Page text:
5. Focusing on both cyber resilience and cyber security

Cybersecurity primarily focuses on preventing cyber-attacks through various measures such as firewalls and antivirus software. Cyber resilience acknowledges that no system can guarantee 100% protection. Resilience emphasizes the ability to withstand and recover from attacks swiftly, ensuring continuity of operations even in the face of breaches or disruptions. Resiliency keeps operations going after an event, focusing on quick recovery with minimal data loss and downtime. Organizations can bounce back from disruptions and maintain essential functions, safeguarding their operations against potential cyber threats.

6. Less than Zero Trust

Less than zero trust means always verifying network activity, as there’s no safe perimeter. Security covers not just the corporate network but extends to remote workers, partner organizations, and IoT devices, recognizing that nothing should be trusted without confirmation.

7. Soft Skills

Soft skills are becoming increasingly necessary for cybersecurity professionals with the growing sophistication of cyber-attacks. Cyber professionals will need to weave together soft skills with technical expertise to strengthen the overall cybersecurity posture of their organization. Soft skills include communication, collaboration, and empathy.  

8. Election year disinformation

During an election year, disinformation becomes a serious concern, with a rise in cyber-attacks anticipated to disrupt democratic processes. These attacks could target vital infrastructure like communications, public utilities, transportation, and security systems, aiming to create disorder and confusion in an attempt to wear down trust in the electoral system.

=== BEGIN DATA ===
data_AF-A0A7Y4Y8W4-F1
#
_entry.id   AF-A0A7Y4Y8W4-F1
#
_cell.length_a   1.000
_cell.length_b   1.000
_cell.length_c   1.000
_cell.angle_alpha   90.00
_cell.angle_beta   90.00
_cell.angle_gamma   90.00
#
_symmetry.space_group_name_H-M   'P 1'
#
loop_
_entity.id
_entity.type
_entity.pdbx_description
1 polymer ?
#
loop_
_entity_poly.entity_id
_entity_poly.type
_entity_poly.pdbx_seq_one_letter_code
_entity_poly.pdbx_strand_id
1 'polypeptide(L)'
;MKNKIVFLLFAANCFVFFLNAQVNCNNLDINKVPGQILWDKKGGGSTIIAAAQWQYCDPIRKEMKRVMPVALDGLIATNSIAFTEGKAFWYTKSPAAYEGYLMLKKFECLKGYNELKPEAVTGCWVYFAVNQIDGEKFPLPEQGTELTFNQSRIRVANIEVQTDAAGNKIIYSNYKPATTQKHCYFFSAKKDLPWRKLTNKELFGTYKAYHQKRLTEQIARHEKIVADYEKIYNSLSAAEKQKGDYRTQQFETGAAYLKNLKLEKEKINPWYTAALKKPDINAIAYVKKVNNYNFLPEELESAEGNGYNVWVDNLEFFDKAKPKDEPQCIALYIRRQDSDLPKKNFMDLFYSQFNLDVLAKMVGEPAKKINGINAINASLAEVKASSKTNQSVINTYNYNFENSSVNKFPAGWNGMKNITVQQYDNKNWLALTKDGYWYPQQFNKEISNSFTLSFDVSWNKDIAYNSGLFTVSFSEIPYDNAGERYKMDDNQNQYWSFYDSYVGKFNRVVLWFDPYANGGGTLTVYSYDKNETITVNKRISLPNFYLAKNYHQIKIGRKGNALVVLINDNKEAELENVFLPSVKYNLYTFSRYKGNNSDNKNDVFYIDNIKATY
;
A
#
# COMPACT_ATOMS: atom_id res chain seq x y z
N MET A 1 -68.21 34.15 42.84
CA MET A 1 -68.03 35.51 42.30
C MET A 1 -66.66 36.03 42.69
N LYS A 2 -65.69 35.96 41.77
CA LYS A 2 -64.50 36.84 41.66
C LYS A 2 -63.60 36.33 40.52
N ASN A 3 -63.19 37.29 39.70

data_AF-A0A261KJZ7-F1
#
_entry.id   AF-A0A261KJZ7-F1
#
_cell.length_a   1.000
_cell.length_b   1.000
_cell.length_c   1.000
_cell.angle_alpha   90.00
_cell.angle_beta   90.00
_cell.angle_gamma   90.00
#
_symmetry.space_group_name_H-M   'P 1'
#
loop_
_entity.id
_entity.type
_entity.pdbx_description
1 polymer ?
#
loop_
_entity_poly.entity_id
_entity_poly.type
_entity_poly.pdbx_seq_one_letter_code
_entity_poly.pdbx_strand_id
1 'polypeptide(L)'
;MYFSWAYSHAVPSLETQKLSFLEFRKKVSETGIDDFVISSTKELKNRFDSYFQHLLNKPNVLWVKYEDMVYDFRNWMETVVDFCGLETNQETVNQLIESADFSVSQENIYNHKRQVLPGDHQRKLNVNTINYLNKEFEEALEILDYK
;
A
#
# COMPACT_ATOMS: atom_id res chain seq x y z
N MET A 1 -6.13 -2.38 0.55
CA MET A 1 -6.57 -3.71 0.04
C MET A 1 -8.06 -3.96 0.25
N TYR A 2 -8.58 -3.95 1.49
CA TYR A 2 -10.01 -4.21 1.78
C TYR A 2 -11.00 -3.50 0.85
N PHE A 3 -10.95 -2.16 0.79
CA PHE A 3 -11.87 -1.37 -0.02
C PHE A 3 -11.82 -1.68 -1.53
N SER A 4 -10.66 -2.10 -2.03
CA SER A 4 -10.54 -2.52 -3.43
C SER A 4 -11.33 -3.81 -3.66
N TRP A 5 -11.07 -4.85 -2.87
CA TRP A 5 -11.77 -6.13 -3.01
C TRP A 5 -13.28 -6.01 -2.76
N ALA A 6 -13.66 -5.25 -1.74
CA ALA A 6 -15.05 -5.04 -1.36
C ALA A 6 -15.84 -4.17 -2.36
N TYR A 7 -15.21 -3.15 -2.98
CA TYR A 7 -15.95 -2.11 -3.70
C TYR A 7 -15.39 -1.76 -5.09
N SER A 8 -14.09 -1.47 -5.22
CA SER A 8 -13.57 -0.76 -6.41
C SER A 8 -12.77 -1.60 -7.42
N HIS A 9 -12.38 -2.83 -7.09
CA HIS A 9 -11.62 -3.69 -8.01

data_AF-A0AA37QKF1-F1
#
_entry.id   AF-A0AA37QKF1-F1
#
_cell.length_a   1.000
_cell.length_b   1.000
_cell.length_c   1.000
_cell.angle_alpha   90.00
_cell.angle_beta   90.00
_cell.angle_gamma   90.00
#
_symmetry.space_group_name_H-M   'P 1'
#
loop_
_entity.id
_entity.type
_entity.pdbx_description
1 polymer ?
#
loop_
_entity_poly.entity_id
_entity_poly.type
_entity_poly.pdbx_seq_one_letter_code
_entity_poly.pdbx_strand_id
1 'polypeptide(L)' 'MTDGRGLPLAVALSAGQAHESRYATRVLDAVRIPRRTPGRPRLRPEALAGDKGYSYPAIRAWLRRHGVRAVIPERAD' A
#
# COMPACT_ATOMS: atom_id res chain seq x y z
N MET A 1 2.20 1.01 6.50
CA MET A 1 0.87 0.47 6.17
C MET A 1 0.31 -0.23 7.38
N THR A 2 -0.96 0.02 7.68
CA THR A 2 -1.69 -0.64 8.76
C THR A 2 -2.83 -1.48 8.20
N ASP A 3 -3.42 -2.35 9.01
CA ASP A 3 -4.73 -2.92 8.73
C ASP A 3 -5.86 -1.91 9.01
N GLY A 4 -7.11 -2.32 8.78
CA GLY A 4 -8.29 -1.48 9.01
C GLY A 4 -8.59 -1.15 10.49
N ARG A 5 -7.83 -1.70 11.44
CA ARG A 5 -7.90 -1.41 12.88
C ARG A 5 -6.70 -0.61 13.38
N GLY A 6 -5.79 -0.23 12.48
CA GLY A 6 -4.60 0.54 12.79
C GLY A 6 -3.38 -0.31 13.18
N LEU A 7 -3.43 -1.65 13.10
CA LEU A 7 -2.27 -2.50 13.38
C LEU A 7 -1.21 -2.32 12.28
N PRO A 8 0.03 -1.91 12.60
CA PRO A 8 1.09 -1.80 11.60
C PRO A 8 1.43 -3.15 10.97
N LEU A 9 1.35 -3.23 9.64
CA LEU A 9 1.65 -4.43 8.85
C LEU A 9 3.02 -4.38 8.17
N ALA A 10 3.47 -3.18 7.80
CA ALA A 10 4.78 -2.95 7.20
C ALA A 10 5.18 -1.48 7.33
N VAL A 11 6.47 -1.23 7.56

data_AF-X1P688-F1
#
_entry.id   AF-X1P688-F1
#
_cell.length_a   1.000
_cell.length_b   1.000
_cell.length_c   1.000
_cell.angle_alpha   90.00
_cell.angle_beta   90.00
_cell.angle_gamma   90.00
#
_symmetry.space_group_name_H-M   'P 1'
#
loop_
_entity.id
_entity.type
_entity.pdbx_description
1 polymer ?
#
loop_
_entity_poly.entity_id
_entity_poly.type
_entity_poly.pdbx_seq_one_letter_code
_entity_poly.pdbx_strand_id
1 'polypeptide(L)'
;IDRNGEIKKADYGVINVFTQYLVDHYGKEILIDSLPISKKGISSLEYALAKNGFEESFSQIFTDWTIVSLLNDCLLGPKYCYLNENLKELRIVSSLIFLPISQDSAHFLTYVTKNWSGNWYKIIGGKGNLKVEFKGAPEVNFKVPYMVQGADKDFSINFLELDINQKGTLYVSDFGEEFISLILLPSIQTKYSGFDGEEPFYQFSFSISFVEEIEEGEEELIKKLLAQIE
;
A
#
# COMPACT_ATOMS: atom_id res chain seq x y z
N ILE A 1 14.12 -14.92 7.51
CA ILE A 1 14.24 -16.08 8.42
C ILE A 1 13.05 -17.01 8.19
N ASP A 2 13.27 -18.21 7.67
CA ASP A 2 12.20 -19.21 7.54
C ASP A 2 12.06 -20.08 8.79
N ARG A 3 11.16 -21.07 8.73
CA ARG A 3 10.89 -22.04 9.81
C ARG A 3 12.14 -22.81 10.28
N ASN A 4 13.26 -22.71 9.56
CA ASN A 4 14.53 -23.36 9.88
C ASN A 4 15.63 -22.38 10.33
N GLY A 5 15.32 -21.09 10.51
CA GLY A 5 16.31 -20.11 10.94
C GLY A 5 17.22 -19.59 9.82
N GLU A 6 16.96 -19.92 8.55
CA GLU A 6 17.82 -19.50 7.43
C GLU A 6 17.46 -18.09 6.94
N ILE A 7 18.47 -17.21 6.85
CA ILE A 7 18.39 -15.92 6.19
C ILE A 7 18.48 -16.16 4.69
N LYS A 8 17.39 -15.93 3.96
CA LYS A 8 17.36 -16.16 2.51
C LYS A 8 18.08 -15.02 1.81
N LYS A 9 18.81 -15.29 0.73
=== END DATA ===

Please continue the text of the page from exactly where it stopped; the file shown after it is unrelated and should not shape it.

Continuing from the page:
9. Cloud Attacks

Cloud attacks remain a major cybersecurity concern.  Attackers are expected to use more advanced tactics in 2024. As businesses move more data and services to the cloud, attackers will likely focus on exploiting vulnerabilities. Organizations must enhance security measures to protect their data on multi-cloud setups. 

10. Multi-Factor Authentication (MFA)

MFA is not a new trend, but will become increasingly popular in cybersecurity. As cyber threats evolve and increase, MFA will continue to prove important in the cyber protection of sensitive information. Organizations are expected to increase the adoption of MFA. 

Who is responsible for developing a strategic plan to strengthen an organization’s cybersecurity stance?

In an organization, the leadership team is responsible for prioritizing cybersecurity and developing an environment that provides the proper scaffolding for the entire organization to be educated and prepared. The leadership team may include the CEO, CISO, and a Board of Directors, among others. In reality, cybersecurity is the responsibility of everyone in an organization. Everyone is at risk, regardless of role, length of employment, or previous background. Cybersecurity must be part of every organization’s culture.